According to Federal Trade Commission data, consumers lost almost $8.8 billion to fraud in 2022, including $330 million to text message scams — with bank impersonation as the top text con.
With fraud on the rise, it’s important for financial institutions to do what they can to keep funds and customers safe. That’s where companies like Early Warning Services come in.
What is Early Warning Services?
Early Warning Services (or simply “Early Warning”) is a financial technology company and consumer reporting agency that collects information about fraud and suspicious activity in consumer bank accounts and shares those details with financial institutions.
Early Warning might sound familiar to you — it’s better known for owning and operating Zelle, which is the peer-to-peer payment system used by more than 2,000 banks and credit unions.
The company is co-owned by some of the largest banks in the U.S.: Bank of America, Capital One, JPMorgan Chase, PNC Bank, Truist, U.S. Bank and Wells Fargo.
What does Early Warning Services do?
Similar to ChexSystems, Early Warning collects information about consumers and passes along those details to financial institutions, including banks. The information it provides helps these institutions prevent fraud and risk by drawing a clearer picture of someone’s banking history. Early Warning products are used to verify potential customers’ identities, assess how much risk is involved when considering new account applications, and verify the validity of deposits, payments and new accounts.
What information does Early Warning collect?
Information that you can find in your Early Warning report includes your bank account number, the status of your bank account, account activity and balances over time and a list of institutions that have accessed information about you in the last 36 months. It also contains personal details such as your address and Social Security number.
What’s important for consumers to know about Early Warning Services?
The bank account reporting companies Early Warning Services and ChexSystems are to checking accounts what credit reporting companies, such as Equifax, Experian and TransUnion, are to credit accounts. That is to say, banks and other financial institutions refer to reports from those companies to help them determine whether it would be risky to provide an applicant with an account. Or, a consumer might get a notice if their existing bank account is closed due to information that’s in their Early Warning report.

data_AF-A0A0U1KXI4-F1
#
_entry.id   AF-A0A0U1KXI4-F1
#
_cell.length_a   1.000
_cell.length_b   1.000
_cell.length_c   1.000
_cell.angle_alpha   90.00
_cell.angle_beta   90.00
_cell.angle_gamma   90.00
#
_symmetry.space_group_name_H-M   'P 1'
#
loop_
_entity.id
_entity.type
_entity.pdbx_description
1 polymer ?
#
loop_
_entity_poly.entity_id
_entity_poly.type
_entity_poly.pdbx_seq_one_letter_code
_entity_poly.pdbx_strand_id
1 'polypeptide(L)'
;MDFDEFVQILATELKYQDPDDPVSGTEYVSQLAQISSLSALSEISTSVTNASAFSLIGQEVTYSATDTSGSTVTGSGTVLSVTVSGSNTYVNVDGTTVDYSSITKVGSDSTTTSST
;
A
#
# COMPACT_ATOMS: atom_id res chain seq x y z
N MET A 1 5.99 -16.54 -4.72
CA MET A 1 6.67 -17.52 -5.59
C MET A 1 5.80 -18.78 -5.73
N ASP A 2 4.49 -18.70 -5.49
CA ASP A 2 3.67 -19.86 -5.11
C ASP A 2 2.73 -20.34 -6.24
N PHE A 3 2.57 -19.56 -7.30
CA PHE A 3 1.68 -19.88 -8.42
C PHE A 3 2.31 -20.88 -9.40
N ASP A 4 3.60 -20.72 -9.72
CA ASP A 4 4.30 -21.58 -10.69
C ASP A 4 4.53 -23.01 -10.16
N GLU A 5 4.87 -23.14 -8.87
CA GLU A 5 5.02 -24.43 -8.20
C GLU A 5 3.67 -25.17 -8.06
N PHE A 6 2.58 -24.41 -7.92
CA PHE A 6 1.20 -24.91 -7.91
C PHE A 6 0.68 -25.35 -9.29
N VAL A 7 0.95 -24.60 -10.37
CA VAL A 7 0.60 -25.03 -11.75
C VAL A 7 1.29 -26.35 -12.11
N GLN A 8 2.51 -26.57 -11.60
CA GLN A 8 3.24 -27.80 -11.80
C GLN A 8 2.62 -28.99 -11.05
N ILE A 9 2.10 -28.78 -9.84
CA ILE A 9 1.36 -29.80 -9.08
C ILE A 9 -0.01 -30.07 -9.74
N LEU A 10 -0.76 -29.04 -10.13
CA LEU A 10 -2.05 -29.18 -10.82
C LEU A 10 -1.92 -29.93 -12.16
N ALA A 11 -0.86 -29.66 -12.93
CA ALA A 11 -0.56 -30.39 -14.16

Thanks to the Fair Credit Reporting Act, you’re entitled to request a copy of your consumer report from Early Warning, which doesn’t charge a fee for sending the report once per year. When requesting your report, you’ll need to provide basic information to verify your identity.
That requirement is reassuring in terms of security, Jon Morgan, CEO of business consultancy Venture Smarter and a consumer who requested his Early Warning report, said in an email. Once you’ve received your report, you should review the details carefully to make sure everything is accurate.
“Reviewing the report was definitely helpful,” Morgan said in the email. “It gave me a comprehensive overview of my financial history, including any inquiries, accounts and potential red flags. It's like a health checkup for your financial well-being.”
What should you do if you were denied a bank account because of an Early Warning report?
There are a few steps you can take if you’re unable to open a bank account. One key action is to request your Early Warning report so you can review it. Requesting your consumer report will not affect your credit.
If any information appears to be missing or inaccurate, you can notify Early Warning and file a dispute if necessary. Your report could contain negative information from a bank account you had before if you had an unpaid negative balance on it and the account was closed by the bank, for example.
Another action you can take is to consider opening a second-chance checking account, which can be a good option if you’ve been turned down for a standard account because of your banking history. These accounts can help you rebuild your banking history, but they might not offer some features or services that come with regular checking accounts.
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